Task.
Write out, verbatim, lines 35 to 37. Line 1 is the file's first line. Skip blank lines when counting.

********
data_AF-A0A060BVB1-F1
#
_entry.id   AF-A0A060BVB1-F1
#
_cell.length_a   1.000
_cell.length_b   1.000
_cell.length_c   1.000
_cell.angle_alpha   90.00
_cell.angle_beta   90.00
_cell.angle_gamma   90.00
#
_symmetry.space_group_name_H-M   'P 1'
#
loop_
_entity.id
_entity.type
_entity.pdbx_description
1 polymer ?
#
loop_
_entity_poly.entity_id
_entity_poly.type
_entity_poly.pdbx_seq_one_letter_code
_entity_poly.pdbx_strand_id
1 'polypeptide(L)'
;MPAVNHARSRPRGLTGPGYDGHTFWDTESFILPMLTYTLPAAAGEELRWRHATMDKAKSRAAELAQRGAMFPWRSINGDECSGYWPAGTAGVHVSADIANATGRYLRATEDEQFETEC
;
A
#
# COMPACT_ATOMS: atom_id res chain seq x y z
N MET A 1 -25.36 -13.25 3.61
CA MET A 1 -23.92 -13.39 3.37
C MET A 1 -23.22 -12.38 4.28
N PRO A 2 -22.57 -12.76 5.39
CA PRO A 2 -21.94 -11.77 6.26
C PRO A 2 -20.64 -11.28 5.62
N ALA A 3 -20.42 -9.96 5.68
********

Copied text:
CA PRO A 2 -21.94 -11.77 6.26
C PRO A 2 -20.64 -11.28 5.62
N ALA A 3 -20.42 -9.96 5.68